• Third party solutions, such as those from FSLogix can be used to create “profile containers” for user data, such as cached mailbox data.

Using faster (SSD) disks for XenApp servers and improving the speed of the network connection (including the Internet connection) may also help but these are likely to be expensive options.

Alternatively, take a look at the bigger picture – go back to basics and look at how best to provide business users with a more flexible approach to end user computing.

Short takes: running apps from unidentified developers on a Mac; Dropbox stuck importing photos on a Mac; and virtual card numbers in Apple Wallet

A collection of snippets that don’t make a full blog post on their own…

Mac apps that won’t open because the developer is unidentified

Every now and again, I’ll download an app on my Mac that gets flagged as unsigned on my Mac (“can’t be opened because it is from an unidentified developer”. It turns out that, if you hold down the Control key at the same time as clicking its icon, you can open it.

Dropbox (Mac) stuck importing photos

I use Dropbox to upload my photos from my phone (it names them nicely for me by date!) and then copy them across to OneDrive (where I have more storage). A few months ago, I had a problem where I couldn’t upload my photos to DropBox. I’d plug my phone into a Mac, and the import would never finish. It showed a camera icon and said it was importing photos but didn’t show any progress, as though the DropBox app had hung. Looking around on the ‘net this is a common issue – but there’s no sign of DropBox fixing it…

In the end, my workaround was to upload the images directly from my iPhone, which seemed to clear the bottleneck, whatever it was…

Virtual card numbers in an Apple Wallet

Those who use their mobile phone for contactless payments (Apple Pay, etc.) may not be aware that each registered card has a virtual card number – the 16-digit card number used is not the same number as the physical card. That’s why (for example), if you touch in to pay for travel in London using contactless on a card but finish the journey with contactless on your phone, Transport for London won’t realise that the two transactions are linked.

I’m not sure how to find the full card number for the device, but you can find the last 4 digits of the virtual card number by pressing the “information icon in the lower right of Apple Wallet. That will give a whole host of information, as well as transaction history.

Device Account Number in Apple Wallet on iOS

A logical view on end user computing architecture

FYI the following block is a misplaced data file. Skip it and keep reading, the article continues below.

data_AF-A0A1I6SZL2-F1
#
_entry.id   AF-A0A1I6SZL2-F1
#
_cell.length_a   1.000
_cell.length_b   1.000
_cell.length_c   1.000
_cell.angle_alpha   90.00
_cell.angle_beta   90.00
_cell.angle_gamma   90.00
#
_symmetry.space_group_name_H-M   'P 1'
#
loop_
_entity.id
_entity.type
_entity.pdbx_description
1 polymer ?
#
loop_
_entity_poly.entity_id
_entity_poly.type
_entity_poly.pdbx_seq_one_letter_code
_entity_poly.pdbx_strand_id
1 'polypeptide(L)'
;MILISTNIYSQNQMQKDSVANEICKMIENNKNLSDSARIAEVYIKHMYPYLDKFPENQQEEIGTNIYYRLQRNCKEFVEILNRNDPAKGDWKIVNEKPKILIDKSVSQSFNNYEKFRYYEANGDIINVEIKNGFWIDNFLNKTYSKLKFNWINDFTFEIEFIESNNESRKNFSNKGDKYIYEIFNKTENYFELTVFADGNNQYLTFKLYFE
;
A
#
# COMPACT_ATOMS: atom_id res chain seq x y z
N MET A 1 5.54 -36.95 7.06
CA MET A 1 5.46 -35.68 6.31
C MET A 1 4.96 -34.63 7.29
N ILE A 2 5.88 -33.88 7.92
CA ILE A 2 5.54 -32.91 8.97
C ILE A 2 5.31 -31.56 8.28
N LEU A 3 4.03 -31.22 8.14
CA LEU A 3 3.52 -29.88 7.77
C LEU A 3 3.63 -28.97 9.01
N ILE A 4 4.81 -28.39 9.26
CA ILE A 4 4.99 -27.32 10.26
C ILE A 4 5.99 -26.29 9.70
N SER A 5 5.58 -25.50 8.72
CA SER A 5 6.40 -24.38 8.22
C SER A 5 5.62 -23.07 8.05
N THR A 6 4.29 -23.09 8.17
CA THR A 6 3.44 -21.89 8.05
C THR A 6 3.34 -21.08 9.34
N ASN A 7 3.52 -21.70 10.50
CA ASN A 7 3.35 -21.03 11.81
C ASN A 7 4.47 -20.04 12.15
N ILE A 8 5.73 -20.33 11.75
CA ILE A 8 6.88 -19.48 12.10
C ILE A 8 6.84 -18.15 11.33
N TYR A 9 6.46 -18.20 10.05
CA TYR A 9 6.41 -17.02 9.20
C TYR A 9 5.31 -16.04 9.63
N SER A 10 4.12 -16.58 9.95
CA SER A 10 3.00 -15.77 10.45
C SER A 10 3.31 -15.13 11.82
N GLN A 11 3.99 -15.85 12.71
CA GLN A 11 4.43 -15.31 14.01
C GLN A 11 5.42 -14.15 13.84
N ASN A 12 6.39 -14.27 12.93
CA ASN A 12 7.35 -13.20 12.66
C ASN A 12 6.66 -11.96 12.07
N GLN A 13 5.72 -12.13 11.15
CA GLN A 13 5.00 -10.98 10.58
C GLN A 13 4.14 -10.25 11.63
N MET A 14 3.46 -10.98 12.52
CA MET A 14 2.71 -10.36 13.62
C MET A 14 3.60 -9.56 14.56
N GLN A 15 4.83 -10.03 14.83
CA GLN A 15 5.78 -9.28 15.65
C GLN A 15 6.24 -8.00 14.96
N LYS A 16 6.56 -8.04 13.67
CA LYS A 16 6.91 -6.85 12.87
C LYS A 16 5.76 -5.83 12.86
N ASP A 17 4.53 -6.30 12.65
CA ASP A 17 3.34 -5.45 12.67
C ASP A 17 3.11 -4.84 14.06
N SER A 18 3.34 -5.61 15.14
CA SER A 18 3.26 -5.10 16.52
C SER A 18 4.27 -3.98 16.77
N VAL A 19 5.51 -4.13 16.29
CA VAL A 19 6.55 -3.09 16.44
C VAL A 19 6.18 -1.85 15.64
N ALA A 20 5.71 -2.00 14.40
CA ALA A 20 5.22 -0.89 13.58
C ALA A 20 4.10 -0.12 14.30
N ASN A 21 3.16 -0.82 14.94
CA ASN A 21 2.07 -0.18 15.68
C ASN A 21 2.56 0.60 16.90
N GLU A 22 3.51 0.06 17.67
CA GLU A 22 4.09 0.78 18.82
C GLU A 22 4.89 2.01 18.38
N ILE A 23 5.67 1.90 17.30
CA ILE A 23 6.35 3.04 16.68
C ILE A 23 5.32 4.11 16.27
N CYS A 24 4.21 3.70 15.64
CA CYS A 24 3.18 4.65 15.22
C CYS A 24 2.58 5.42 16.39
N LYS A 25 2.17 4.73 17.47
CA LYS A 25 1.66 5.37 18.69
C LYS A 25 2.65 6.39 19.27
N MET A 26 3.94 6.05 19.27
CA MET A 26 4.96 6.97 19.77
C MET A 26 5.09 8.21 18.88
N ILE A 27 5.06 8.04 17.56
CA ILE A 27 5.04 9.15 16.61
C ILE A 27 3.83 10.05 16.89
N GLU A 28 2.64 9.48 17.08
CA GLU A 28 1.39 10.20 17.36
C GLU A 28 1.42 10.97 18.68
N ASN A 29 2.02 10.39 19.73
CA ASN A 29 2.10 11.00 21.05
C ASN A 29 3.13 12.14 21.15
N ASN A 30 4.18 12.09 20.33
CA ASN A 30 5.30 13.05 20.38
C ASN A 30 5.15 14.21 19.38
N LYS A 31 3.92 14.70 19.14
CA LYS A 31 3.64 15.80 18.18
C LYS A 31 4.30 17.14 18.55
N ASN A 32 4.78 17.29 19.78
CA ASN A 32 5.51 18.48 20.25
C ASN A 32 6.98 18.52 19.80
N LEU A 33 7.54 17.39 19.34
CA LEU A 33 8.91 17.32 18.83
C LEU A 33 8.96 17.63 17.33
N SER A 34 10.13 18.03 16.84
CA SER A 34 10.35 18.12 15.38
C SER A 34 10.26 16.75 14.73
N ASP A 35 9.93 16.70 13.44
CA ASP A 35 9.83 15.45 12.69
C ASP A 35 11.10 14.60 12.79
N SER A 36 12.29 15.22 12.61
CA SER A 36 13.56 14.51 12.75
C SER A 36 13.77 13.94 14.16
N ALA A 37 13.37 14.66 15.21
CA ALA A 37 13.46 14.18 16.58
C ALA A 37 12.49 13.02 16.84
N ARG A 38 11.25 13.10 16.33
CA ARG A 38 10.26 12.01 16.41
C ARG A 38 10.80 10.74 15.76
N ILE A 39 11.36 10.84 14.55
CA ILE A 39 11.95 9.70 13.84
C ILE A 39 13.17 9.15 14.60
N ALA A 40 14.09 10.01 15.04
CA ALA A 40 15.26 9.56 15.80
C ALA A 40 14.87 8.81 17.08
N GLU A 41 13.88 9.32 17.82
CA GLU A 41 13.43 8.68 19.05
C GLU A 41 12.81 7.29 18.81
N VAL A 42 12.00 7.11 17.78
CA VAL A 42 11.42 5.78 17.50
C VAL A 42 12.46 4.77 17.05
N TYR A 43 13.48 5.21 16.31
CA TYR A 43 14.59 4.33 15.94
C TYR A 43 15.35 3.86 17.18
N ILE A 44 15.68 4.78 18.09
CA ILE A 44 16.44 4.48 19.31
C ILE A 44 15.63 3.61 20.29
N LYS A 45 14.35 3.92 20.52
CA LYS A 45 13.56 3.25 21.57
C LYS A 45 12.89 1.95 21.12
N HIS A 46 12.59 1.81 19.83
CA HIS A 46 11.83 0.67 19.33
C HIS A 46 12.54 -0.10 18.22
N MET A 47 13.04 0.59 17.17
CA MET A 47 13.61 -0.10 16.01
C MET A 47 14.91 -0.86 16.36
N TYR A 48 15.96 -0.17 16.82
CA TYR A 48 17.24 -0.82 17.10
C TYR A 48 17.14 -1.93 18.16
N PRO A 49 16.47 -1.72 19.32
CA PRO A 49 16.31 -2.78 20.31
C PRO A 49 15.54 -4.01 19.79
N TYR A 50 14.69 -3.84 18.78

Over the last couple of years, I’ve worked with a variety of customers looking to transform the way they deliver end user computing services. Typically they fall into two camps:

  1. “We invested heavily in thin client technologies and now we’re finding them to be over-engineered and expensive with multiple layers of technology to manage and control.”
  2. “We have a managed Windows desktop running <insert legacy version of Windows and Office here> but the business wants more flexibility than we can provide.”

There are others too (like the ones who bought into a Mobile Device Management platform that’s no longer working for them) but the two examples above are by far and away the most common issues I see. When helping customers to understand their options for providing end user computing services, I like to step up a level from the technology – to get back to the logical building blocks of an end user computing solution. And, over time, I’ve developed and refined a diagram that seems to resonate pretty well with customers as a framework around which to build end user solutions.

Logical view on the end user computing landscape

Starting at the bottom left of the diagram, I’ll describe each of the main blocks in turn:

  • Identity and access: I start here because identity is absolutely key in any modern enterprise. If you’re still thinking about devices and operating systems – you’re doing it wrong (more on that later). Instead, the model is built around using someone’s identity to determine what applications they can access and how data is protected. Identity platforms work across cloud and on-premises environments, provide additional factors for authentication, self-service functionality (e.g. for password and group management), single sign-on to both corporate and cloud applications, integration with consumer and partner directory services and the ability to federate (i.e. to use a security token service to authenticate on-premises).
  • Data protection: with identity frameworks in place, let’s turn our attention to the data. Arguably there should be many more building blocks here but the main ones are around digital rights management, data loss prevention and endpoint security (firewalls, anti-virus, encryption, etc.).
  • Connectivity: until we all consume all of our services from the cloud, we generally need some form of connectivity to “the mothership”, whether that’s a client-less solution (like Microsoft DirectAccess) or another form of VPN. And of course that needs to run over some kind of network – typically a Wi-Fi or 4G connection but maybe Ethernet.